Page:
The lights are easily one of my favorite things in the days leading up to Christmas. Before the Thanksgiving turkey carcas has been made into soup, the first lit up house will appear. Within 24 hours there are a few more; parents taking advanatge of kids home from college to reach those highest spots. By the second weekend in December every street has something to show, whether its the classic candles in window or an inflatable Snoopy snow globe.
In the evenings, light spotting makes even the most boring of outings a bit more fun. There's the giant peace sign that appears among a stand of trees on my commute home, or the stone sculptures that have been wrapped in twinkling white on the Lincoln green. The trees of Burlington are a crazy riot of primary colors, like a giant splashed glowing acryllic paint across the park. Then the restrained joy of Lexington's wreaths, greens and star-like lights. One one side of the street a neighbor has made grand loops across her bushes, reminding me of a string of cursive "e's". Just around the block there's a house where every eave has been traced in glowing icicles, like a giant gingerbread dripping icing.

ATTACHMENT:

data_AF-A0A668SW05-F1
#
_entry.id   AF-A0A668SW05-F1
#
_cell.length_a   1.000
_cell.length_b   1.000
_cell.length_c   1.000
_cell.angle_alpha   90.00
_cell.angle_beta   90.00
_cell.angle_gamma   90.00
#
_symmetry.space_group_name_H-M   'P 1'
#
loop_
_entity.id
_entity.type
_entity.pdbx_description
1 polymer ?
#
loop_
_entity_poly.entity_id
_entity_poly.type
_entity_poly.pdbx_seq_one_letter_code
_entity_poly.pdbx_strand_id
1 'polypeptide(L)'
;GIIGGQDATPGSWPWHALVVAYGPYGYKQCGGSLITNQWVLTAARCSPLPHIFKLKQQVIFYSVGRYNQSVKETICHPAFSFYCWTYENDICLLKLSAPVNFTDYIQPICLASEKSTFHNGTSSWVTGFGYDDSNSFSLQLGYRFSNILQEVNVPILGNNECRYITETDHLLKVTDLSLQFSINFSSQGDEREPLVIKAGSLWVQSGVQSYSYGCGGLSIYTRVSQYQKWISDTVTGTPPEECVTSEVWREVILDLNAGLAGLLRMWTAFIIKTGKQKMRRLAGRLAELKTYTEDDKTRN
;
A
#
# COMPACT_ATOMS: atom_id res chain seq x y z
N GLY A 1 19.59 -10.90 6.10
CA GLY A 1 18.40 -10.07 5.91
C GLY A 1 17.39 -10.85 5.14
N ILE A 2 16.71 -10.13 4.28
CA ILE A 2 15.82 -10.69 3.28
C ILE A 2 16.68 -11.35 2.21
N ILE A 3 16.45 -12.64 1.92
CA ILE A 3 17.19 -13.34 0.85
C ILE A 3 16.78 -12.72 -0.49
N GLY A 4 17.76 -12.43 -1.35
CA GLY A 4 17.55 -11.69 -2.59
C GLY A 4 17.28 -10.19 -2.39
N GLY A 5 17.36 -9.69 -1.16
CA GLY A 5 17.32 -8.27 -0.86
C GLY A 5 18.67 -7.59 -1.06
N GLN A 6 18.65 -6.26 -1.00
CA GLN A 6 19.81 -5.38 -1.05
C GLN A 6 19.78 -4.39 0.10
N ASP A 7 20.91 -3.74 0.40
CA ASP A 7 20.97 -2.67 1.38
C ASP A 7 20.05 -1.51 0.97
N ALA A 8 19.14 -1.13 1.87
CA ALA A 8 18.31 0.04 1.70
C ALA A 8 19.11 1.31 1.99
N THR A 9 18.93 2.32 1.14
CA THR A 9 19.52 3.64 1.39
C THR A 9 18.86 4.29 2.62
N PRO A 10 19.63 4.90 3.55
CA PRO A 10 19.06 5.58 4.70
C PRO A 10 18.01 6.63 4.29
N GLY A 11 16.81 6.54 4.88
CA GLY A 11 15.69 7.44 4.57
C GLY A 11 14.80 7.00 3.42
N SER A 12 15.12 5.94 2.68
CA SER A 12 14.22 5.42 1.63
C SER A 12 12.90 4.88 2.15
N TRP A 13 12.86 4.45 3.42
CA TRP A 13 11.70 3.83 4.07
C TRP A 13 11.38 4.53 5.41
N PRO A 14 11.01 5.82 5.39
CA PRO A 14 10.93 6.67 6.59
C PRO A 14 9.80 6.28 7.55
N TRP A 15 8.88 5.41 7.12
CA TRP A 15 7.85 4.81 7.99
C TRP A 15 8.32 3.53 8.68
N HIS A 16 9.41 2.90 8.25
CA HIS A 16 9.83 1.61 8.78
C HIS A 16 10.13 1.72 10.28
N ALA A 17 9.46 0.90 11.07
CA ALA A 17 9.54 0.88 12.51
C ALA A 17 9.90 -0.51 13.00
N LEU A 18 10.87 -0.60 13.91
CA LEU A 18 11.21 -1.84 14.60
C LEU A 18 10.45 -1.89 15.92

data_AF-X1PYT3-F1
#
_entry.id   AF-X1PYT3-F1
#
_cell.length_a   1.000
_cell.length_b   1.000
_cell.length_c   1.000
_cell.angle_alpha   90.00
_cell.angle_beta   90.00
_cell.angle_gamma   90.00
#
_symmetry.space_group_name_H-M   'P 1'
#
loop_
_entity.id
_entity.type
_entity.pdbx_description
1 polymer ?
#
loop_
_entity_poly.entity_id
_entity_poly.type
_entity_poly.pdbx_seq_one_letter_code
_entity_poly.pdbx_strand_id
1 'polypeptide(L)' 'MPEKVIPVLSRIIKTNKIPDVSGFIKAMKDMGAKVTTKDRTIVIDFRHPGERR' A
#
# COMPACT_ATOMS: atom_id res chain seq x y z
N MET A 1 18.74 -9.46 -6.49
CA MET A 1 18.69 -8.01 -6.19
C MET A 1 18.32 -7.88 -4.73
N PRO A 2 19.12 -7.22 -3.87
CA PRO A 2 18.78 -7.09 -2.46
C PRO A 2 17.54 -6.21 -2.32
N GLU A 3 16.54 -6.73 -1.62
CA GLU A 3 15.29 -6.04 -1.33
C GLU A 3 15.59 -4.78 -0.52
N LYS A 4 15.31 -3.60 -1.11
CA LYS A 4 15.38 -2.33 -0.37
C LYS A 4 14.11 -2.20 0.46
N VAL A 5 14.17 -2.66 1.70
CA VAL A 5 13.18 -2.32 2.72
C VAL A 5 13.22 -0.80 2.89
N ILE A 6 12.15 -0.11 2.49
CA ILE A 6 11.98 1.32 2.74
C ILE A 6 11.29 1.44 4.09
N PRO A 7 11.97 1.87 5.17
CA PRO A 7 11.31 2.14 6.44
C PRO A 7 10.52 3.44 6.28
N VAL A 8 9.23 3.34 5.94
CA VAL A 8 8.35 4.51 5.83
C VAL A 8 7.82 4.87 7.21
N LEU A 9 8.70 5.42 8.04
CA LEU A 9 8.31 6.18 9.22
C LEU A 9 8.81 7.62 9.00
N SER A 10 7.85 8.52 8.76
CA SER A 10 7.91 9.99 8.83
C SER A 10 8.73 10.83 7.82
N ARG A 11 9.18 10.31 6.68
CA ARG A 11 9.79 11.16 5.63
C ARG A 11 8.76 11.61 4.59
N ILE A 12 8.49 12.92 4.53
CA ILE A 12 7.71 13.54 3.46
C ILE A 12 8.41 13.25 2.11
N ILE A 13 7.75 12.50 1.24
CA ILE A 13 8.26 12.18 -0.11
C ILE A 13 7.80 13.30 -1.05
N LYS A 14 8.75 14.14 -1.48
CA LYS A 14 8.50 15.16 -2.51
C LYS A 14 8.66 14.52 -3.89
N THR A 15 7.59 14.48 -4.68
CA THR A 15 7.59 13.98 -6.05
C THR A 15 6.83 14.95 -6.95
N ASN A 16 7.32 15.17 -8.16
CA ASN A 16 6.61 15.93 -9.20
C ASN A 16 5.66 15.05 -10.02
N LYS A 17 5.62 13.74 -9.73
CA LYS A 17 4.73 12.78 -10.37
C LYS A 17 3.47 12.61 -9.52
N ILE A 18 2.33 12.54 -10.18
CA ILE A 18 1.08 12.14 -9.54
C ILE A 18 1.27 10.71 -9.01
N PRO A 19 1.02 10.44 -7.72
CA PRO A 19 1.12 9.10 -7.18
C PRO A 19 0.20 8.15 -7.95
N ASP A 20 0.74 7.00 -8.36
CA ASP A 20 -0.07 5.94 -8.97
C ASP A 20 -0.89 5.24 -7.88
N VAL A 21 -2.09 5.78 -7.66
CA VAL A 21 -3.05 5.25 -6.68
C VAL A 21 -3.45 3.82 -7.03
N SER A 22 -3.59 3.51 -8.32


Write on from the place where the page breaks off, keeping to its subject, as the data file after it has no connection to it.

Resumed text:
This year I considered making a photo-map of my neighborhood's Christmas lights. I got the idea from a story I heard on This American Life about Denis Wood. Mr. Wood has been mapping his neighborhood in Raleigh, North Carolina since the 70s, but not in the usual ways. He's made maps of what you would see underground (pipes etc), of who appears in the newspaper, pools of light cast by the street lamps and my favorite, jack-o-lanterns. Wood then layers these maps to see what connections he can discern (he shares some of them in the This American Life story). It got me wondering about the houses I pass each day. Are the people who decorate with lights the same ones who make jack-o-lanterns? Do people without kids (at least outdoor evidence of kids) decorate for the holidays? Have more people been planting vegetable gardens lately?
I've decided I probably shouldn't do a photo-map. To shoot in the dark would require setting up a tripod and that simply calls too much attention to myself. If you saw someone with a tripod in front of your house, wouldn't you wonder what she was up to? Yeah, that doesn't sound like a fun conversation. But I do love the lights, and as they start going dark over the next couple weeks, I'll miss them. Why is it that just as winter gets its nastiest and the dark feels the most foul, we take down our amulets against its depressive influence? There are always a few folks who don't care ab0ut the expense and keep them lit throughout the deepest winter. And to them I say a silent "thank you", each time I pass.
Photos in this post were taken in York ME, Portsmouth NH, Cambridge MA and Lexington MA.